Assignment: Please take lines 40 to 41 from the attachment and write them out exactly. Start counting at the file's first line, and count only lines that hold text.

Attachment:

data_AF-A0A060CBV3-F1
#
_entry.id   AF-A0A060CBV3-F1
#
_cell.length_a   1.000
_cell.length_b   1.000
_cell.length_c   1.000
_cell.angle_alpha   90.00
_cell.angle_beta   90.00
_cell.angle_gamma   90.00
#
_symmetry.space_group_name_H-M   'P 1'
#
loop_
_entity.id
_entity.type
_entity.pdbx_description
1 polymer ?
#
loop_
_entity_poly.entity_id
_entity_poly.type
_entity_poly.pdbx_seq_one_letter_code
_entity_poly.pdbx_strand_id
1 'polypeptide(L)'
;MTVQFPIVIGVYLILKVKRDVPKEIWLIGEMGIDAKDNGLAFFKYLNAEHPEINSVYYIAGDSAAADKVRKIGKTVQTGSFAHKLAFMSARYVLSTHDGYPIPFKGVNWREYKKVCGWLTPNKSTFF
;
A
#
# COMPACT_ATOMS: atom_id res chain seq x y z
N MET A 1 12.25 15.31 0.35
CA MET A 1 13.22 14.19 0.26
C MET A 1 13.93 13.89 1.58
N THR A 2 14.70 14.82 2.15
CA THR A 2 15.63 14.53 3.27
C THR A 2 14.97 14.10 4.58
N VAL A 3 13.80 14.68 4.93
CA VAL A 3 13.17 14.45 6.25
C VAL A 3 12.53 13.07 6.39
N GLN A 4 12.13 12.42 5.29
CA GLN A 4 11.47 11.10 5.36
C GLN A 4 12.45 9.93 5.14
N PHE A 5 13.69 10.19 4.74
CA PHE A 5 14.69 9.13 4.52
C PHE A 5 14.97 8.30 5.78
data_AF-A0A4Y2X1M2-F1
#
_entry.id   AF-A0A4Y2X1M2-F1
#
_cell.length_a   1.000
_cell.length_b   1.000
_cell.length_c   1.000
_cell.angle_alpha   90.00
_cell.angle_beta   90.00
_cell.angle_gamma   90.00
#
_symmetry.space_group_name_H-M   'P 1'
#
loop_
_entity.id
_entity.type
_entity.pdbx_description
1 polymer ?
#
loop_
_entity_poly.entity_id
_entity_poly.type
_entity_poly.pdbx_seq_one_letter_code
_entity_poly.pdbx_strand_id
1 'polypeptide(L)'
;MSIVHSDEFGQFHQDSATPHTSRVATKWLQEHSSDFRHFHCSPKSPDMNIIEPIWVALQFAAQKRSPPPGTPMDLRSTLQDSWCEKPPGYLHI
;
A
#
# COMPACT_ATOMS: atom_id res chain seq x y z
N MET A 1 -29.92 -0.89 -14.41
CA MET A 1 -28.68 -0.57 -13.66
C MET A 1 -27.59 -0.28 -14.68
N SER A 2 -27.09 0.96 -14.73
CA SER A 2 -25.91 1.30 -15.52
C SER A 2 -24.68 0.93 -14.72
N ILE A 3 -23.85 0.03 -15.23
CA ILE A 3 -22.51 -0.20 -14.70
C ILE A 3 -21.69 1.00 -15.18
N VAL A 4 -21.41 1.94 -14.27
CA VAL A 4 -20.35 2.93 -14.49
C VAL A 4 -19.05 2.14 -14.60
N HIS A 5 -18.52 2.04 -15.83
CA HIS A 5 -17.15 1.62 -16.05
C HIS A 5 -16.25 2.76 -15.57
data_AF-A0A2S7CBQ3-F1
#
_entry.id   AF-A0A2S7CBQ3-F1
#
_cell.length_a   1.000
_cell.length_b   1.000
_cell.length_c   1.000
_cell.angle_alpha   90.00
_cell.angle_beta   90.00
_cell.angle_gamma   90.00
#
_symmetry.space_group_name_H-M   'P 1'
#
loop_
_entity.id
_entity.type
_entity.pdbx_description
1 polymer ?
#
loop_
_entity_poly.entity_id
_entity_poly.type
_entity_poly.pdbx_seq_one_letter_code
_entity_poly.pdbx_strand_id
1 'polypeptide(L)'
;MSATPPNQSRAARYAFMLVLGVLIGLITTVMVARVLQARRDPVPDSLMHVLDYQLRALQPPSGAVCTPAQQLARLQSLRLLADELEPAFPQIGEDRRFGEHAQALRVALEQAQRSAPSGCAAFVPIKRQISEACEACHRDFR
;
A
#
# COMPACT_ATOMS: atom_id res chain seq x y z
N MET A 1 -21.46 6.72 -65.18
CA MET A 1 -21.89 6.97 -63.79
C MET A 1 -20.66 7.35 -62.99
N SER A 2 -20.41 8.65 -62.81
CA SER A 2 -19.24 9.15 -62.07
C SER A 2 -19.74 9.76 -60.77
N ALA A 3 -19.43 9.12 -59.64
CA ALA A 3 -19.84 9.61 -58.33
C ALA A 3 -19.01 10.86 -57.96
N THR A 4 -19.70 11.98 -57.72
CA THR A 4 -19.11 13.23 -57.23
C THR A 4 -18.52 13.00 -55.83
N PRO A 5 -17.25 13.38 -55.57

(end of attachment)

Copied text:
N GLN A 4 12.13 12.42 5.29
CA GLN A 4 11.47 11.10 5.36